Drum Lopck Anniversary. — on Easter Monday, the members of Lodge No. 67 of Modern Druids, eelebrated their "yearly day " by dining together at the house of Mrs. Scholetield, the Coach and Horses Inn, Honley. This worthy hostess is justly famed for providing, on these occasions, a plentiful and substantial bill of fare, and this year will yield to none cf its predecessors in that respect, to which the members did ample justice. After dinner, the officers proceeded to transact the business of the lodge. From the accounts of the secretary, it appears that the soviety has had an exceedingly prosperous year, the expenditure not amounting to one-third of the income, thus caving a large balance in the box, which will be added te the handsome lodgement already placed in the Huddersfield Bank, besides leaving in the bux a goodly sum to meet current demands. The system of economy observed in the management of the affairs of this society has attracted ublic attention, and a considerable accession of members as taken place in consequence during the year. " Union is strength," it is said, and as such two other lodges, of the same Order, have been opened in the Honley district during the last six months, which, between them, numbers above 200 members,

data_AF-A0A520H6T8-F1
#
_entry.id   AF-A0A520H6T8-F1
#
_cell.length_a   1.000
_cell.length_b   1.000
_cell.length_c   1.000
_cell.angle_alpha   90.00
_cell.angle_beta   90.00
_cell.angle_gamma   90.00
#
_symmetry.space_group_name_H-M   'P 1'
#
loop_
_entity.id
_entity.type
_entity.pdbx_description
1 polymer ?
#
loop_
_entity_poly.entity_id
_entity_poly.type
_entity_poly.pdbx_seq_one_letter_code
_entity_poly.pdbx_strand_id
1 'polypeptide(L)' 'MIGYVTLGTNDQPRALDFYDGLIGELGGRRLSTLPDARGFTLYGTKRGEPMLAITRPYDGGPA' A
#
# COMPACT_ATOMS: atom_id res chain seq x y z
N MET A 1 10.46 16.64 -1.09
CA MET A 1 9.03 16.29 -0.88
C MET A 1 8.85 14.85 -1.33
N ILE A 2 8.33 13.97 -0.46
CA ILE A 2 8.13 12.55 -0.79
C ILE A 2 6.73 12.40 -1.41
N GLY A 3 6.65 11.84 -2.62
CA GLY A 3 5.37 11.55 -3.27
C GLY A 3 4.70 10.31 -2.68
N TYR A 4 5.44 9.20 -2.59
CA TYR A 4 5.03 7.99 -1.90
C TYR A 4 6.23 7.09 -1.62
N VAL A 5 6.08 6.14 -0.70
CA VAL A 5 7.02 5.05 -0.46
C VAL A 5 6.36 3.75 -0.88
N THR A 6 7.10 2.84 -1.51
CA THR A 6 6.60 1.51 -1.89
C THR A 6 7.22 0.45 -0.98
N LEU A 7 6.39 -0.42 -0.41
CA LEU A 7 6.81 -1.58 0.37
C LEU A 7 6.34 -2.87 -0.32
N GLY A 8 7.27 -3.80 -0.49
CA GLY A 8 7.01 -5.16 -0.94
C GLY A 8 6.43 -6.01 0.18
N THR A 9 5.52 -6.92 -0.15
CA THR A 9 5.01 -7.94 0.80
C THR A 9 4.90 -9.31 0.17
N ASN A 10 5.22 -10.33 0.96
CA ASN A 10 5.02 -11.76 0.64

Mechanics' Soiree